It was 25 years ago that Brisbane was on show to the world when it hosted World Expo 88. It was the first time in a century that the world’s fair had been hosted in Australia — the last time was in Melbourne in 1880.
The 1988 world’s fair was hosted at Brisbane’s South Bank and ran for six months from 30 April to 30 October 1988. It was the largest event of Australia’s Bicentennial year.
World Expo 88, with the theme “Leisure In The Age of Technology”, came at a cost of over $600 million and expected 7.8 million visitors over the six month duration — though in reality by the event’s end it had clocked up more than 16 million visitors. More than 40 nations were on show at Expo plus there were daily shows of music, comedy, theatre, parades, water skiing and a nightly fireworks display.
Brisbane’s Network Ten channel TVQ0 was the host broadcaster for World Expo 88, and in doing so it put itself on show for Expo visitors. For the entire six month duration of Expo the channel ran its newsroom at the Expo site, putting its news operation on display for all — including production of the nightly Eyewitness News bulletin and the national mid-morning news seen across the Ten Network.
Various aspects of TVQ0’s news production was on display, such as the use of chroma-key, receiving of news stories via satellite, editing and graphics design and studio control.
As host broadcaster TVQ0 and its Network Ten partners also devoted much of the opening day of Expo to bringing the event to viewers — starting with the three-hour opening ceremony including the official opening of World Expo 88 by Her Majesty Queen Elizabeth II. Later in the afternoon there was a two-and-a-half hour preview of upcoming events to feature at Expo, then Brisbane viewers got Eyewitness News from the Expo studio.
The opening night spectacular, broadcast from 8.30pm, included two hours of performances and fireworks.
TVQ0 (which converted to TVQ10 in September 1988) also kept viewers informed on the latest events at World Expo with a half-hour program, This Week At Expo. The weekly program was broadcast nationally through the Ten Network, hosted by Eyewitness News reporter Anna McMahon (pictured) and later Fiona Crawford.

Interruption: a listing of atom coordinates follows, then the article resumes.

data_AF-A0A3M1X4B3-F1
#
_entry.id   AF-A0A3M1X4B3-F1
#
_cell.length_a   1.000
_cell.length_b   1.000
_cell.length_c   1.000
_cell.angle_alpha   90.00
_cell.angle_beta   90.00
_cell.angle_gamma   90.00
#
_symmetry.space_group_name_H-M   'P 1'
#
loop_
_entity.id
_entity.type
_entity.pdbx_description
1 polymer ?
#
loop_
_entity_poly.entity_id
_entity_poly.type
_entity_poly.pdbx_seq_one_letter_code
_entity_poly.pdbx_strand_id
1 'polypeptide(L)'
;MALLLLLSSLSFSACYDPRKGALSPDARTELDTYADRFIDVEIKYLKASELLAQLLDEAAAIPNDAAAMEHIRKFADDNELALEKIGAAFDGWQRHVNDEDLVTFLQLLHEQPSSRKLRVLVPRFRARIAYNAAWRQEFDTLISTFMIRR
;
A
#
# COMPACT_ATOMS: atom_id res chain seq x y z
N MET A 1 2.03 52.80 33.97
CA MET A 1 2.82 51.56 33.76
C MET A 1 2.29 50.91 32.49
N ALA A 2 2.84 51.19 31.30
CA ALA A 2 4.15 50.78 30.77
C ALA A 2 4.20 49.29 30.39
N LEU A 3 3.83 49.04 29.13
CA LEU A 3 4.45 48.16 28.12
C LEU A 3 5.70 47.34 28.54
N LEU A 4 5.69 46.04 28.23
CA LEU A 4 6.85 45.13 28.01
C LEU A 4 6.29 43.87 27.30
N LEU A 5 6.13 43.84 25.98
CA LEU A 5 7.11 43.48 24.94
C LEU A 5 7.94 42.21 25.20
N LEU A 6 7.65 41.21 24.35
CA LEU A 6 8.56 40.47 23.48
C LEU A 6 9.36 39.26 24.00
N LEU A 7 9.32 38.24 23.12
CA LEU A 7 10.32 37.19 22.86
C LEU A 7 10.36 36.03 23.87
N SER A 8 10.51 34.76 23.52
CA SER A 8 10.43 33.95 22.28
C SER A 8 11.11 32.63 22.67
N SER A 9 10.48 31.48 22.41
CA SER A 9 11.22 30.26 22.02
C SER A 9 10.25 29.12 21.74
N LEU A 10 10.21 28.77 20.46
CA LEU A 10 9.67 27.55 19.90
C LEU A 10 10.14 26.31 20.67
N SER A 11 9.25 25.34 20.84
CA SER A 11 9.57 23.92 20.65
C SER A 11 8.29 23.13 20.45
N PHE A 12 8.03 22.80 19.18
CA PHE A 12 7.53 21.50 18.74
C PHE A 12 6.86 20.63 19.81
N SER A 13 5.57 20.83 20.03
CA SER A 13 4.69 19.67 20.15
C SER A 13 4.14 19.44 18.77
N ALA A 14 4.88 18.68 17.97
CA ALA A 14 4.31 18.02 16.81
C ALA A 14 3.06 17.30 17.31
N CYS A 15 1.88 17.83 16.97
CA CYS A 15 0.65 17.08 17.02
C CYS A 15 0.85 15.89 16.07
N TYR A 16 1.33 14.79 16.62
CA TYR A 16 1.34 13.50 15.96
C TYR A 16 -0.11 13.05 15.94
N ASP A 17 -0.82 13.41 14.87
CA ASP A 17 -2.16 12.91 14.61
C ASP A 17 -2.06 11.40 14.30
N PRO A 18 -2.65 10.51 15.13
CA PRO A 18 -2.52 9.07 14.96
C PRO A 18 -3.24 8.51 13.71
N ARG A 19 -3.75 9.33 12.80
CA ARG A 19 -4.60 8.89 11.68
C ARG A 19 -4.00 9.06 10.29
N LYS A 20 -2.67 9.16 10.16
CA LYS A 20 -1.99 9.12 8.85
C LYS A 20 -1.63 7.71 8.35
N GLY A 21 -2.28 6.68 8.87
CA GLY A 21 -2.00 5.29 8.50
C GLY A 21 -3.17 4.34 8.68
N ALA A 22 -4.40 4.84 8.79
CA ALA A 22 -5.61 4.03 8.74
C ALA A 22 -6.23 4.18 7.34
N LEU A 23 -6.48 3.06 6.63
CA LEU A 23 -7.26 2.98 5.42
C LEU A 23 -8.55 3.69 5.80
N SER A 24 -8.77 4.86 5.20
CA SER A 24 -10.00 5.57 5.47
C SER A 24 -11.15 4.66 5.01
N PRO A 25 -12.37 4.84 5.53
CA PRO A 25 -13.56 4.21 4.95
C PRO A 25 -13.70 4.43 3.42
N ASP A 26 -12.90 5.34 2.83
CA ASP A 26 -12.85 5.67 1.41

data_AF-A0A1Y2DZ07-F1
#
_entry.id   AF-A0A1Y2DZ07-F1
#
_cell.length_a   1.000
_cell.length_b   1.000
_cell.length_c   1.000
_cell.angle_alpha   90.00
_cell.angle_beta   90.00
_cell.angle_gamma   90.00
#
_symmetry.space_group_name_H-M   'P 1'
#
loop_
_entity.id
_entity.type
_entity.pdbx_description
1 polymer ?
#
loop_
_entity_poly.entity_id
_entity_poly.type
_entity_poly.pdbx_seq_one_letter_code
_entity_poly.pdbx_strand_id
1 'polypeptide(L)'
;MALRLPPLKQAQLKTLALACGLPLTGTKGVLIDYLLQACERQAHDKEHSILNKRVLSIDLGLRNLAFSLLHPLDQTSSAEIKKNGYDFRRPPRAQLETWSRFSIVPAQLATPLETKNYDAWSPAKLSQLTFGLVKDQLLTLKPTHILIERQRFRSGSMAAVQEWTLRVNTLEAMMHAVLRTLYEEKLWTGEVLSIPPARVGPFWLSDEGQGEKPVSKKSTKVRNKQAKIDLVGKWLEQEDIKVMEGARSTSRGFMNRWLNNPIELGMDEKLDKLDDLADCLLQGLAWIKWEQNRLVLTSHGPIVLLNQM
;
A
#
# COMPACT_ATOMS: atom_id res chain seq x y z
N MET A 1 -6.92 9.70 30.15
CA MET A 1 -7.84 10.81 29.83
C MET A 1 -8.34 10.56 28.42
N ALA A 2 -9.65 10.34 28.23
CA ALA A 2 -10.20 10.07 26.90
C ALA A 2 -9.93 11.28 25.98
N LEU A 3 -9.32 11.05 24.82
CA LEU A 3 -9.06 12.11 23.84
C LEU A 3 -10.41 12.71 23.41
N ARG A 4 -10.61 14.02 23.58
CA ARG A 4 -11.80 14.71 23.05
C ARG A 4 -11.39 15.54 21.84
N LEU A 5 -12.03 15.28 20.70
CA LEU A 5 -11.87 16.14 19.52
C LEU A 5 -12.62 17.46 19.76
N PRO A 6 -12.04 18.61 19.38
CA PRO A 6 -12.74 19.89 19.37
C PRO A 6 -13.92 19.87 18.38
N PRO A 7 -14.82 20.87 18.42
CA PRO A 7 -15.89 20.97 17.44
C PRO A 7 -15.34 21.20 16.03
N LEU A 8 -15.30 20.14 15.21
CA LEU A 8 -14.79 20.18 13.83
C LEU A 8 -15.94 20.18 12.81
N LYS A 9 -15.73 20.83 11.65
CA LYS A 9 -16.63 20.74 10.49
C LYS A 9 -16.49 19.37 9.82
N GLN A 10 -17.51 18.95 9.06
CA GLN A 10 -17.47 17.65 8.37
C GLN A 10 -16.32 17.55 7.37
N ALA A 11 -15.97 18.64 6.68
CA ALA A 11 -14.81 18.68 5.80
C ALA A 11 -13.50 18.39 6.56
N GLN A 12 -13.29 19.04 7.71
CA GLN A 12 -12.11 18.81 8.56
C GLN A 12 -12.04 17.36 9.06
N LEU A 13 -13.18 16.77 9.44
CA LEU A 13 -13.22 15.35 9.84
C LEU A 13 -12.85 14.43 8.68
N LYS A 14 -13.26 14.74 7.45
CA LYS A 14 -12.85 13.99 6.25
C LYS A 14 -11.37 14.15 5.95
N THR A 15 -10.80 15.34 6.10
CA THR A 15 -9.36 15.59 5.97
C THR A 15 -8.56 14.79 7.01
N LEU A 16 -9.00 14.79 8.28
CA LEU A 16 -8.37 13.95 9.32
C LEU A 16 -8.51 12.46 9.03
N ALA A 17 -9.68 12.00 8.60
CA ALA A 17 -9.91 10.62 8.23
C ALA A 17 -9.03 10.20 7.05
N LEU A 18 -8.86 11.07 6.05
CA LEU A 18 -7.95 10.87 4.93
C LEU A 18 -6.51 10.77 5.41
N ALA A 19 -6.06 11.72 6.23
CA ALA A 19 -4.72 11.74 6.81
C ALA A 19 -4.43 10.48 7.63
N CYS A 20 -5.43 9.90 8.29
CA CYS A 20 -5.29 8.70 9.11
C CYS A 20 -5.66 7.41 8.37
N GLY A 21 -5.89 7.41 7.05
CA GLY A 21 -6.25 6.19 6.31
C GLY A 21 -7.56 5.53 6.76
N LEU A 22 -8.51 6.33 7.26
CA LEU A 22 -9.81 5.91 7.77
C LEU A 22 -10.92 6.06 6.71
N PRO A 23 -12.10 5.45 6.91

Although the Seven and Nine networks were not host broadcasters they also got involved in Expo. Seven’s Beyond 2000 profiled some of the technical innovations on display at Expo, while national news program Newsworld was also to make a visit to Expo.
The Nine Network’s Today, hosted by George Negus and Elizabeth Hayes, and A Current Affair with Jana Wendt were presented live from Expo in the days leading up to its official opening. On the eve of the official opening of Expo, Nine’s Brisbane channel QTQ9 presented It’s As Brisbane As…, giving viewers a behind-the-scenes look at Expo — but Nine didn’t have that timeslot to itself for Expo, as TVQ0 also presented its own one-hour special Expo — The Curtain Rises at the same time.
Network Ten’s Good Morning Australia, with Tim Webster and former Queenslander Kerri-Anne Kennerley, was also presented from Expo in the days leading up to the official opening.
World Expo 88 had also appointed a raft of Honorary Ambassadors — starting with Prime Minister Bob Hawke and including a list of prominent Australians, including TV celebrity Jacki MacDonald and Network Ten personalities Bill Collins, Neighbours star Annie Jones and Eyewitness News Brisbane sports presenter Billy J Smith.
After it closed in October 1988, the World Expo 88 site was redeveloped into the South Bank Parklands, a recreational, retail and entertainment precinct opened in 1992.
To celebrate the 25th anniversary of World Expo 88 an exhibition Light Fantastic: Expo 88 Rewired is being held at the Museum of Brisbane, in Brisbane City Hall through to January 2014.
Source: The Sunday Mail, 24 April 1988 and 1 May 1988. Foundation Expo (expired link)